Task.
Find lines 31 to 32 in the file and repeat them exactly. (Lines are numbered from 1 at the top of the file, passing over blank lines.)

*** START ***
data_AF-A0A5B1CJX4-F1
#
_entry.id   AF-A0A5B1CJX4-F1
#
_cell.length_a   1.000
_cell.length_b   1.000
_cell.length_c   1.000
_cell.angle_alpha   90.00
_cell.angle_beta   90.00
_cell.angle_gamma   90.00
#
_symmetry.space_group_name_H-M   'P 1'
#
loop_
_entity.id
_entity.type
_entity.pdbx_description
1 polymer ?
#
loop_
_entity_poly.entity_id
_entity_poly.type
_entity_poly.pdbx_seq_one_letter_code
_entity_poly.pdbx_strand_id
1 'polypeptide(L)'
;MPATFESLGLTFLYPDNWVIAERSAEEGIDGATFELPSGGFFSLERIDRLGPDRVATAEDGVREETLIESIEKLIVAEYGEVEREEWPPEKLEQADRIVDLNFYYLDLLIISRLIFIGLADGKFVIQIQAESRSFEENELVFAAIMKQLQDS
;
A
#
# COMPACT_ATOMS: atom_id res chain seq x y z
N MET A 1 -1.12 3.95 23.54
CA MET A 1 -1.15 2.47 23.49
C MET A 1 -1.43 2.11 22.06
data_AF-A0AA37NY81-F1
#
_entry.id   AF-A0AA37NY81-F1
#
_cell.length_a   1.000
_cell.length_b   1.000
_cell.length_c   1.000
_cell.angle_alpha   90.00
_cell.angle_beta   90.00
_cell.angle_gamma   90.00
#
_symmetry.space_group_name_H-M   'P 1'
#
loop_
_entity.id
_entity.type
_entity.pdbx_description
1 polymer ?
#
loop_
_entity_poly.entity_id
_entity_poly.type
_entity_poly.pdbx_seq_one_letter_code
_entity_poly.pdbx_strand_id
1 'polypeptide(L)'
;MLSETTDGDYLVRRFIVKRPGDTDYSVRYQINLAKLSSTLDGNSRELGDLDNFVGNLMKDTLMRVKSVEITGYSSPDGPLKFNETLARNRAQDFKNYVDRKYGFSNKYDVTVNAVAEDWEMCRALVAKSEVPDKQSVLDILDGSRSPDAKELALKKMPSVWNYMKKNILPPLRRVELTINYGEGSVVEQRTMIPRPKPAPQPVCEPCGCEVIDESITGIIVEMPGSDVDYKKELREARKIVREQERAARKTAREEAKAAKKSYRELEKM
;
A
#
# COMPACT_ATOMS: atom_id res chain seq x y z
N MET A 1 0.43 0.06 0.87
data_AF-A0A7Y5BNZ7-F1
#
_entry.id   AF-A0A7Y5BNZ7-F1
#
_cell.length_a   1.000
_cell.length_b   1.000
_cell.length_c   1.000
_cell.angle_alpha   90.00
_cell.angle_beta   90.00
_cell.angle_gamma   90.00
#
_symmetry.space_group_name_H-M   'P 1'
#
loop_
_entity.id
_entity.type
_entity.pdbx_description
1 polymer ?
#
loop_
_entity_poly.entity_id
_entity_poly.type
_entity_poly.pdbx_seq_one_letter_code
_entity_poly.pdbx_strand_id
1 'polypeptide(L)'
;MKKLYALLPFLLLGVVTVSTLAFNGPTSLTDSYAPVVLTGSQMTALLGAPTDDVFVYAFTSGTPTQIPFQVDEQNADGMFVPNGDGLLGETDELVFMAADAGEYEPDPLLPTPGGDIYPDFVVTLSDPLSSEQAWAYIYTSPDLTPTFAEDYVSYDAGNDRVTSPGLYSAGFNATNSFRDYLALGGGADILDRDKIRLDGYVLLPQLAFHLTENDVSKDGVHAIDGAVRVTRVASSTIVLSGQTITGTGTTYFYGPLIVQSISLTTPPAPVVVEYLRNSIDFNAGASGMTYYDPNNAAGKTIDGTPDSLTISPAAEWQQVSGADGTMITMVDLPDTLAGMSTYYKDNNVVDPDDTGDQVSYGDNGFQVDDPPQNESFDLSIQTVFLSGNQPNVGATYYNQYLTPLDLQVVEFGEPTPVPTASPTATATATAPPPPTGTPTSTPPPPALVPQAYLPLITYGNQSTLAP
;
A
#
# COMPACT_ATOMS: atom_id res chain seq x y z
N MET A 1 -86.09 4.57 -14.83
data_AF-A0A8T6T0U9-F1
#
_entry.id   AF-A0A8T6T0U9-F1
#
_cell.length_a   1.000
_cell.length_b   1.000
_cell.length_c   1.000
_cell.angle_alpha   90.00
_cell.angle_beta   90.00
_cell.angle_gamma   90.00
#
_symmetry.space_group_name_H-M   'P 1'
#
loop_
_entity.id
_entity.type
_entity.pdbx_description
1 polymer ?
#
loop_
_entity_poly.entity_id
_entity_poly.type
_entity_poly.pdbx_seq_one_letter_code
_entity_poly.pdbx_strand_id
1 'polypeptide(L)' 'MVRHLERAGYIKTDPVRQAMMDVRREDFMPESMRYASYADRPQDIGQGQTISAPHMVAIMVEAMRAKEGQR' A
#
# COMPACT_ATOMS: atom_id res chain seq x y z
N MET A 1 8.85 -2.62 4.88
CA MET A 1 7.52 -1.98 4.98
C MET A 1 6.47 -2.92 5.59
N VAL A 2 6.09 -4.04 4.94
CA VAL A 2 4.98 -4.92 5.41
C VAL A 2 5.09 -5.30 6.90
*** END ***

N MET A 1 -1.12 3.95 23.54
CA MET A 1 -1.15 2.47 23.49